http://www.heraldscotland.com/news/home-news/byrne-designs-album-cover-for-folk-band.122978964

3) Next week, seminal rock band Journey will be releasing a new record and, in addition to the new music from this best-selling group, fans will be given the opportunity to purchase a limited-edition, 9-color 36″ x 12″ screen print – signed and numbered by the artist, Mark Englert, for only $60. The band has long been a supporter of great album art, beginning early on with works by Stanley Mouse and Alton Kelley and with several other talented artists following those esteemed names, so it is no wonder that they’re continuing the tradition of offering fine art along with their fine music – click on the link to see the new cover art – pre-orders were to be accepted beginning April 23 – http://store.iam8bit.com/collections/journey/products/journey-limited-edition-print-by-mark-englert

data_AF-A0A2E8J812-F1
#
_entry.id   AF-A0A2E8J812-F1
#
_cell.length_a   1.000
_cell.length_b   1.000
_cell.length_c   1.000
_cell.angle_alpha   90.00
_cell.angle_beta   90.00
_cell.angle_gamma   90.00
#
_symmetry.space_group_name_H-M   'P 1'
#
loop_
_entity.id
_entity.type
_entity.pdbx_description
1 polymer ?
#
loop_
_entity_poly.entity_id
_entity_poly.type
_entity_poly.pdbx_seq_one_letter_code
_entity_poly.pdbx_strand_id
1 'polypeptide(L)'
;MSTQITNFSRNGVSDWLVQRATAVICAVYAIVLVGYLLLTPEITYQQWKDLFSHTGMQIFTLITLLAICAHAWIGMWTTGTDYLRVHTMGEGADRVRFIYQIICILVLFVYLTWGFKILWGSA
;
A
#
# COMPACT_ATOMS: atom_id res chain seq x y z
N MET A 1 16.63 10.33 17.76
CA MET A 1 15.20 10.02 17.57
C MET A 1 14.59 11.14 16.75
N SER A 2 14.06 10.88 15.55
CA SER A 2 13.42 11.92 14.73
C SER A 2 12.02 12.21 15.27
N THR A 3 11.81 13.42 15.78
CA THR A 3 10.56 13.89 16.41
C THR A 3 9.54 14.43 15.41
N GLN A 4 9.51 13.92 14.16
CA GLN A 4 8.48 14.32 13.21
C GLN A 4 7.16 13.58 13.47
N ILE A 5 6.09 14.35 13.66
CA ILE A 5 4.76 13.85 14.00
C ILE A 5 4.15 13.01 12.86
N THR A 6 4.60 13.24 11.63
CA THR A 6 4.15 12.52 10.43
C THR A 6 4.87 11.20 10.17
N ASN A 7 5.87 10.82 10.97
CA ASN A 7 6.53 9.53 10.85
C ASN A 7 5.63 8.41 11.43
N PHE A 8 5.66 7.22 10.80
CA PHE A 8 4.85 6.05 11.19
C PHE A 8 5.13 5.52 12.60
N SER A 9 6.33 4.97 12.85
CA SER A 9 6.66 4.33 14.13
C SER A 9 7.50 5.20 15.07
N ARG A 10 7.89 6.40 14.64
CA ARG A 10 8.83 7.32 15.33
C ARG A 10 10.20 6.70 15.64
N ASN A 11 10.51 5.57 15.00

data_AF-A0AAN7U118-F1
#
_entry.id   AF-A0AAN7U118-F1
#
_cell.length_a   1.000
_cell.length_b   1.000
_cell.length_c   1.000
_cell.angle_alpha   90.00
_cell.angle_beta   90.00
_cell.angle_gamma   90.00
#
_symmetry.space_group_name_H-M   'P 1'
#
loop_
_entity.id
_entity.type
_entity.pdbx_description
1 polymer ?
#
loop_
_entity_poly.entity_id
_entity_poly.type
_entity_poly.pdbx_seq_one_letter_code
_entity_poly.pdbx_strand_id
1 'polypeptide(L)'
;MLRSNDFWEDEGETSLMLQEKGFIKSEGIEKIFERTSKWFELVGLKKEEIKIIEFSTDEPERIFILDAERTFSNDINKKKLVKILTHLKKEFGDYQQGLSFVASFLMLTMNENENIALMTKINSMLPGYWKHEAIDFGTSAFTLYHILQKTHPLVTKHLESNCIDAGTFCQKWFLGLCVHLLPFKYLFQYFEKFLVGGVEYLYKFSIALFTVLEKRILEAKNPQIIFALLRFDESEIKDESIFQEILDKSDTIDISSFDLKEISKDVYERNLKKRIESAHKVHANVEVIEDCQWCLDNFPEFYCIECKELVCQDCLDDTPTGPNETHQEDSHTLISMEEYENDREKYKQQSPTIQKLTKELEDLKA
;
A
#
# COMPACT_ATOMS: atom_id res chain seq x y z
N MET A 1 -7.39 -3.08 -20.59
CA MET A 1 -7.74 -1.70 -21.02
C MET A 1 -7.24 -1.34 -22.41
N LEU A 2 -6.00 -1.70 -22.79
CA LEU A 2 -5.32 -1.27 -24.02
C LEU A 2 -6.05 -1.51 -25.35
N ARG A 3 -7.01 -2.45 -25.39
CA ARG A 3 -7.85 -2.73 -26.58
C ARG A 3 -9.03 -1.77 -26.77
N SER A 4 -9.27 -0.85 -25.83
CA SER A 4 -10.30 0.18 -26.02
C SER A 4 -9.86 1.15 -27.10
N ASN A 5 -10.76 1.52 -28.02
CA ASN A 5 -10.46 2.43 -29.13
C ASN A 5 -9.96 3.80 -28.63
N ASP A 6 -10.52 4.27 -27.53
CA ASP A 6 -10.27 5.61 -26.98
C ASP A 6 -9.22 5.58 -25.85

April 20th – Record Store Day follow-up items:

1) Looks as though this year’s RSD was very well-attended world-wide, with over 3,000 indie stores participating, offering specially-produced packages and lots of in-store appearances by musical acts of all types and degrees of popularity. RSD is one of those times where big-name acts come down from their heavenly mounts and mingle with their fans, so you’ll get to see and hear them in some very intimate settings. Quite the treat!